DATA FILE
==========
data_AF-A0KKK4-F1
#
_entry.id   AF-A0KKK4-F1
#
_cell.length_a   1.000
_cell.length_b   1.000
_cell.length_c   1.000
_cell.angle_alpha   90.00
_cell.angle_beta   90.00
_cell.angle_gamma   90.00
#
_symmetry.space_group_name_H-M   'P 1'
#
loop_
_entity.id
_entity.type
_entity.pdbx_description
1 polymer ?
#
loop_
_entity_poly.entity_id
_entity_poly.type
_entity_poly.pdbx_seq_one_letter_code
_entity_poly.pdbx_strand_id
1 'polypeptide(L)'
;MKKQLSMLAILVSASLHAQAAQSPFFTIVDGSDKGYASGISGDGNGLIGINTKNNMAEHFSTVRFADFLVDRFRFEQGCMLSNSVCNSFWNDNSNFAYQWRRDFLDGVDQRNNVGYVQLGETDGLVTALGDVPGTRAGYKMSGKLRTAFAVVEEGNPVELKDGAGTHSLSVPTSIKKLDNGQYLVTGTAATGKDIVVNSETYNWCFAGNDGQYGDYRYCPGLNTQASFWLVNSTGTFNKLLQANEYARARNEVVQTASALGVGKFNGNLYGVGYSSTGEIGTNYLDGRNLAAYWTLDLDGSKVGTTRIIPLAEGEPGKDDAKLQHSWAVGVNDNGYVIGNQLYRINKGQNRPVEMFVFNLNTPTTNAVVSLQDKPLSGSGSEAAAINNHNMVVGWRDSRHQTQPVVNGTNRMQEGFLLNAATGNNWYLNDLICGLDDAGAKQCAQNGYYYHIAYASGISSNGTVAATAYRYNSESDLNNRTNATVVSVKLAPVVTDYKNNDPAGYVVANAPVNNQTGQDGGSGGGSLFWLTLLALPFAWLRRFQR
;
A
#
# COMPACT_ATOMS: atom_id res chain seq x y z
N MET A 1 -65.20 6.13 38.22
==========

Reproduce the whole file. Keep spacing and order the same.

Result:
data_AF-A0KKK4-F1
#
_entry.id   AF-A0KKK4-F1
#
_cell.length_a   1.000
_cell.length_b   1.000
_cell.length_c   1.000
_cell.angle_alpha   90.00
_cell.angle_beta   90.00
_cell.angle_gamma   90.00
#
_symmetry.space_group_name_H-M   'P 1'
#
loop_
_entity.id
_entity.type
_entity.pdbx_description
1 polymer ?
#
loop_
_entity_poly.entity_id
_entity_poly.type
_entity_poly.pdbx_seq_one_letter_code
_entity_poly.pdbx_strand_id
1 'polypeptide(L)'
;MKKQLSMLAILVSASLHAQAAQSPFFTIVDGSDKGYASGISGDGNGLIGINTKNNMAEHFSTVRFADFLVDRFRFEQGCMLSNSVCNSFWNDNSNFAYQWRRDFLDGVDQRNNVGYVQLGETDGLVTALGDVPGTRAGYKMSGKLRTAFAVVEEGNPVELKDGAGTHSLSVPTSIKKLDNGQYLVTGTAATGKDIVVNSETYNWCFAGNDGQYGDYRYCPGLNTQASFWLVNSTGTFNKLLQANEYARARNEVVQTASALGVGKFNGNLYGVGYSSTGEIGTNYLDGRNLAAYWTLDLDGSKVGTTRIIPLAEGEPGKDDAKLQHSWAVGVNDNGYVIGNQLYRINKGQNRPVEMFVFNLNTPTTNAVVSLQDKPLSGSGSEAAAINNHNMVVGWRDSRHQTQPVVNGTNRMQEGFLLNAATGNNWYLNDLICGLDDAGAKQCAQNGYYYHIAYASGISSNGTVAATAYRYNSESDLNNRTNATVVSVKLAPVVTDYKNNDPAGYVVANAPVNNQTGQDGGSGGGSLFWLTLLALPFAWLRRFQR
;
A
#
# COMPACT_ATOMS: atom_id res chain seq x y z
N MET A 1 -65.20 6.13 38.22